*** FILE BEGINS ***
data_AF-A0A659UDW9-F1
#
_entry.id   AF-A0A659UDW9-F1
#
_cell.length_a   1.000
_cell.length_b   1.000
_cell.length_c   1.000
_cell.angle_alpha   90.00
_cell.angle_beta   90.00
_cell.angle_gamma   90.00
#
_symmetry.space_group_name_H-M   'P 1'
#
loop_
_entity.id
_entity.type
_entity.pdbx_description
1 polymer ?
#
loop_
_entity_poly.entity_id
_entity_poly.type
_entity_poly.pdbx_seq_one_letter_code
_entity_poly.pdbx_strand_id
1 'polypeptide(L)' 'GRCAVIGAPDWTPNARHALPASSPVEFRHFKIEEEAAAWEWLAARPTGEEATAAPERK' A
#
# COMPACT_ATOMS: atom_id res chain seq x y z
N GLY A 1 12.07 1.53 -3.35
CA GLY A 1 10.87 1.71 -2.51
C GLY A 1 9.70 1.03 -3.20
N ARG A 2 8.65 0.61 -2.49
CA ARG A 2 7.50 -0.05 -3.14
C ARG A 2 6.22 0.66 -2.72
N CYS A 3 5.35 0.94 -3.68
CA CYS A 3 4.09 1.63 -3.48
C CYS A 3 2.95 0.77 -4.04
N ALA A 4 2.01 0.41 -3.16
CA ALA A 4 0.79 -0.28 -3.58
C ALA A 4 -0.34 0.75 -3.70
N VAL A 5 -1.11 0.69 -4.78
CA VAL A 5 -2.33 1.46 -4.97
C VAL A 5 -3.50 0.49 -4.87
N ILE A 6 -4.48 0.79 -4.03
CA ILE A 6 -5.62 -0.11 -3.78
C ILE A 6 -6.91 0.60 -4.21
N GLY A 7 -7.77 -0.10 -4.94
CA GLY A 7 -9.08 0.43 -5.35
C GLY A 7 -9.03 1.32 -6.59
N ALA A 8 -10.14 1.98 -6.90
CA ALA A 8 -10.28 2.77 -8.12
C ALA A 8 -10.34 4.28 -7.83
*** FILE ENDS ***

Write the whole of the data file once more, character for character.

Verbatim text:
data_AF-A0A659UDW9-F1
#
_entry.id   AF-A0A659UDW9-F1
#
_cell.length_a   1.000
_cell.length_b   1.000
_cell.length_c   1.000
_cell.angle_alpha   90.00
_cell.angle_beta   90.00
_cell.angle_gamma   90.00
#
_symmetry.space_group_name_H-M   'P 1'
#
loop_
_entity.id
_entity.type
_entity.pdbx_description
1 polymer ?
#
loop_
_entity_poly.entity_id
_entity_poly.type
_entity_poly.pdbx_seq_one_letter_code
_entity_poly.pdbx_strand_id
1 'polypeptide(L)' 'GRCAVIGAPDWTPNARHALPASSPVEFRHFKIEEEAAAWEWLAARPTGEEATAAPERK' A
#
# COMPACT_ATOMS: atom_id res chain seq x y z
N GLY A 1 12.07 1.53 -3.35
CA GLY A 1 10.87 1.71 -2.51
C GLY A 1 9.70 1.03 -3.20
N ARG A 2 8.65 0.61 -2.49
CA ARG A 2 7.50 -0.05 -3.14
C ARG A 2 6.22 0.66 -2.72
N CYS A 3 5.35 0.94 -3.68
CA CYS A 3 4.09 1.63 -3.48
C CYS A 3 2.95 0.77 -4.04
N ALA A 4 2.01 0.41 -3.16
CA ALA A 4 0.79 -0.28 -3.58
C ALA A 4 -0.34 0.75 -3.70
N VAL A 5 -1.11 0.69 -4.78
CA VAL A 5 -2.33 1.46 -4.97
C VAL A 5 -3.50 0.49 -4.87
N ILE A 6 -4.48 0.79 -4.03
CA ILE A 6 -5.62 -0.11 -3.78
C ILE A 6 -6.91 0.60 -4.21
N GLY A 7 -7.77 -0.10 -4.94
CA GLY A 7 -9.08 0.43 -5.35
C GLY A 7 -9.03 1.32 -6.59
N ALA A 8 -10.14 1.98 -6.90
CA ALA A 8 -10.28 2.77 -8.12
C ALA A 8 -10.34 4.28 -7.83